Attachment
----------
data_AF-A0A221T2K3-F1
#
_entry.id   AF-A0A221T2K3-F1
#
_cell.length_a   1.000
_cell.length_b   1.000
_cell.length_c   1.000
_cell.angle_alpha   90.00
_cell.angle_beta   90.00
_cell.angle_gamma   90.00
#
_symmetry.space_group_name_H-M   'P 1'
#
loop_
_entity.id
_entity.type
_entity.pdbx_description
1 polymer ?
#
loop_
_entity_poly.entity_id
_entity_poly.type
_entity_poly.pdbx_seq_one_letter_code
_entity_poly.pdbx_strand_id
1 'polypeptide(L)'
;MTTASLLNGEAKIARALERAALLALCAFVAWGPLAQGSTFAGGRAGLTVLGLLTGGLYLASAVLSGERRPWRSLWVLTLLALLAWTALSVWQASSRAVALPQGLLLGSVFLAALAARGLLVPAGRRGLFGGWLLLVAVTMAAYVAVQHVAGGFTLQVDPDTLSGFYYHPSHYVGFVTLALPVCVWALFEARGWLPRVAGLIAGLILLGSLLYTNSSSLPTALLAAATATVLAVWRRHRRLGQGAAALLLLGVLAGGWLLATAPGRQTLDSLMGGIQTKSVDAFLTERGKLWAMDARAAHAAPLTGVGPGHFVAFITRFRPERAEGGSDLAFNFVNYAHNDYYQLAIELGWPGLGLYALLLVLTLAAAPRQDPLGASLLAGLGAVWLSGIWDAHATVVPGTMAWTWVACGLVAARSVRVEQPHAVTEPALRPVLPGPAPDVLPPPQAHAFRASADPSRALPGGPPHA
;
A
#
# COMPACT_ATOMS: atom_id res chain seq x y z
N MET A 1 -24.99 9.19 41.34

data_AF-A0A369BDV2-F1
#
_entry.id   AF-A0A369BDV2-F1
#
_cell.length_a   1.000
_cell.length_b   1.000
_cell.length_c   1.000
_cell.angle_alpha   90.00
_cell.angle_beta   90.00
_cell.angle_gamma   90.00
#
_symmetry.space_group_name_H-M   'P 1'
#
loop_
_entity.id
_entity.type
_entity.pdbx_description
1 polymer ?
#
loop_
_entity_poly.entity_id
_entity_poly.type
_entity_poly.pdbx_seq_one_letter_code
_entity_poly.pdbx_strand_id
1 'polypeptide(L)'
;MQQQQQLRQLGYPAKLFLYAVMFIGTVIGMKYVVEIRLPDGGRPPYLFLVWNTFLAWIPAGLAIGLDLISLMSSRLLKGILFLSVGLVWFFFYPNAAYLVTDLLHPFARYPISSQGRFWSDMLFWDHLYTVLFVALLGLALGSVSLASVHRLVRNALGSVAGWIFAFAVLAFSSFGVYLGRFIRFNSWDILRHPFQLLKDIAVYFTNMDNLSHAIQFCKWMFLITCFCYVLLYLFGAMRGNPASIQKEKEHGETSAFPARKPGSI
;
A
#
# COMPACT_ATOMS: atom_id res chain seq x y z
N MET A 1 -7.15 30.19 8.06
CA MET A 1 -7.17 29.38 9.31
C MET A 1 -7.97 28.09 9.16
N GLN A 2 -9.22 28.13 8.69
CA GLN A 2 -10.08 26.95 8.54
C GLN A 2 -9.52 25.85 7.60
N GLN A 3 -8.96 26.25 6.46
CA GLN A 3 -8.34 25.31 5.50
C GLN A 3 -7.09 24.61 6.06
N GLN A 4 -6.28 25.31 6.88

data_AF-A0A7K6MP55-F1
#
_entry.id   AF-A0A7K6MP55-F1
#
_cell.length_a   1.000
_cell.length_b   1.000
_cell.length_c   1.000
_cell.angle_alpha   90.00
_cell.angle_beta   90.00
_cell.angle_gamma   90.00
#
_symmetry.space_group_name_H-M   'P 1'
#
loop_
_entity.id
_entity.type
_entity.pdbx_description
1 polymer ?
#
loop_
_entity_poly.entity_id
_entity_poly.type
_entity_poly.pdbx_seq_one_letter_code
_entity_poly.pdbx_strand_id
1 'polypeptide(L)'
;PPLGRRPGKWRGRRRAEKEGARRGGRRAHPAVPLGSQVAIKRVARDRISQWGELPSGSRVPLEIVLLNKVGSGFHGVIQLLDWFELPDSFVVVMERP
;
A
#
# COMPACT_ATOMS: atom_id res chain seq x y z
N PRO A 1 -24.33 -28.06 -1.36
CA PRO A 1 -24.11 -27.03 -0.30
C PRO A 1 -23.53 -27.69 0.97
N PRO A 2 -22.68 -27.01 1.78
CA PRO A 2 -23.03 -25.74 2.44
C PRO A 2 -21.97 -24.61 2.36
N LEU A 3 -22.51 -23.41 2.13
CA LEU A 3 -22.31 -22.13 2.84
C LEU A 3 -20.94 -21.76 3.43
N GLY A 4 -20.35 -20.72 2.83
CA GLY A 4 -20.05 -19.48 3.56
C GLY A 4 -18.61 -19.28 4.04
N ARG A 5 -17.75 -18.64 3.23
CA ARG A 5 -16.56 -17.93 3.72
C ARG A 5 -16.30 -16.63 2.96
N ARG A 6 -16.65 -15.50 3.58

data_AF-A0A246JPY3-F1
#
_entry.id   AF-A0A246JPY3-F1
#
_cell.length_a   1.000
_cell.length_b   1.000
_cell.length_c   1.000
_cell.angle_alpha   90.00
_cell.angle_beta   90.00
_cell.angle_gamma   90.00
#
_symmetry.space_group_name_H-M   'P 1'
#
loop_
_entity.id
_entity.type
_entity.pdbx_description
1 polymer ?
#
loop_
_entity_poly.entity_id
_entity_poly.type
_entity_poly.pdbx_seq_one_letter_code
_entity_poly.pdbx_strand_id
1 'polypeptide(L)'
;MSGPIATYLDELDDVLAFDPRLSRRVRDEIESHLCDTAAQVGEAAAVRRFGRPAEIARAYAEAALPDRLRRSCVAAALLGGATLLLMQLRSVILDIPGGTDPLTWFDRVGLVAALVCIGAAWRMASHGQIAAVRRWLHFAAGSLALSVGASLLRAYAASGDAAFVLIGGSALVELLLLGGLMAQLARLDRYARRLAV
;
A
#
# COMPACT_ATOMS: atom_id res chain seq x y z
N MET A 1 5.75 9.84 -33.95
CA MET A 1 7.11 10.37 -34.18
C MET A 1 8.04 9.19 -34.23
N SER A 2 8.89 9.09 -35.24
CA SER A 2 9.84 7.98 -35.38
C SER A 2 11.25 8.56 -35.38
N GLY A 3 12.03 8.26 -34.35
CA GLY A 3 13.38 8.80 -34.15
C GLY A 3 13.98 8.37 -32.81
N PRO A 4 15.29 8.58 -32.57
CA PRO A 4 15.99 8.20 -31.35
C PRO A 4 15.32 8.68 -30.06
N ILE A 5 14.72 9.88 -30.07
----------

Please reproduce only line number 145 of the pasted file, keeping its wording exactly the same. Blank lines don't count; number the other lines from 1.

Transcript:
A